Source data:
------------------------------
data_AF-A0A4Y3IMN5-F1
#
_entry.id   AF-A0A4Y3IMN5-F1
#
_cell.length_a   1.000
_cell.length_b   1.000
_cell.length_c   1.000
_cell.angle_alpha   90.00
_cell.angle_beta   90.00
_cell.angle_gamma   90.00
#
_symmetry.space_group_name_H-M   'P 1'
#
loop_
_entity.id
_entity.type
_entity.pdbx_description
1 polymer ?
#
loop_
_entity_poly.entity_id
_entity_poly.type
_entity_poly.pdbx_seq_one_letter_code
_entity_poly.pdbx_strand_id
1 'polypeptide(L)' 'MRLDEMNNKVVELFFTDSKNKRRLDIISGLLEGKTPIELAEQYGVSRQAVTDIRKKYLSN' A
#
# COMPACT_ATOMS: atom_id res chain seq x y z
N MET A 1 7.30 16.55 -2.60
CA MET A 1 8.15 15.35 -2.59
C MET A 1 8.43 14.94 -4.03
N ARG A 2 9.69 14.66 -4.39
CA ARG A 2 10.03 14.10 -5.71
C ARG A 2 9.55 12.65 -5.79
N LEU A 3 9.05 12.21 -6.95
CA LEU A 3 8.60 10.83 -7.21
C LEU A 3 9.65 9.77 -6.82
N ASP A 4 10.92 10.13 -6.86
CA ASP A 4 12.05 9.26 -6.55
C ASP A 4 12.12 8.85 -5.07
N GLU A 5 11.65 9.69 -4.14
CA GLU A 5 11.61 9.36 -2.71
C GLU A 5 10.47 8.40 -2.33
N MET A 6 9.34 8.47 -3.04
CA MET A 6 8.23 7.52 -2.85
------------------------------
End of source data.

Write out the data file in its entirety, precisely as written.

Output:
data_AF-A0A4Y3IMN5-F1
#
_entry.id   AF-A0A4Y3IMN5-F1
#
_cell.length_a   1.000
_cell.length_b   1.000
_cell.length_c   1.000
_cell.angle_alpha   90.00
_cell.angle_beta   90.00
_cell.angle_gamma   90.00
#
_symmetry.space_group_name_H-M   'P 1'
#
loop_
_entity.id
_entity.type
_entity.pdbx_description
1 polymer ?
#
loop_
_entity_poly.entity_id
_entity_poly.type
_entity_poly.pdbx_seq_one_letter_code
_entity_poly.pdbx_strand_id
1 'polypeptide(L)' 'MRLDEMNNKVVELFFTDSKNKRRLDIISGLLEGKTPIELAEQYGVSRQAVTDIRKKYLSN' A
#
# COMPACT_ATOMS: atom_id res chain seq x y z
N MET A 1 7.30 16.55 -2.60
CA MET A 1 8.15 15.35 -2.59
C MET A 1 8.43 14.94 -4.03
N ARG A 2 9.69 14.66 -4.39
CA ARG A 2 10.03 14.10 -5.71
C ARG A 2 9.55 12.65 -5.79
N LEU A 3 9.05 12.21 -6.95
CA LEU A 3 8.60 10.83 -7.21
C LEU A 3 9.65 9.77 -6.82
N ASP A 4 10.92 10.13 -6.86
CA ASP A 4 12.05 9.26 -6.55
C ASP A 4 12.12 8.85 -5.07
N GLU A 5 11.65 9.69 -4.14
CA GLU A 5 11.61 9.36 -2.71
C GLU A 5 10.47 8.40 -2.33
N MET A 6 9.34 8.47 -3.04
CA MET A 6 8.23 7.52 -2.85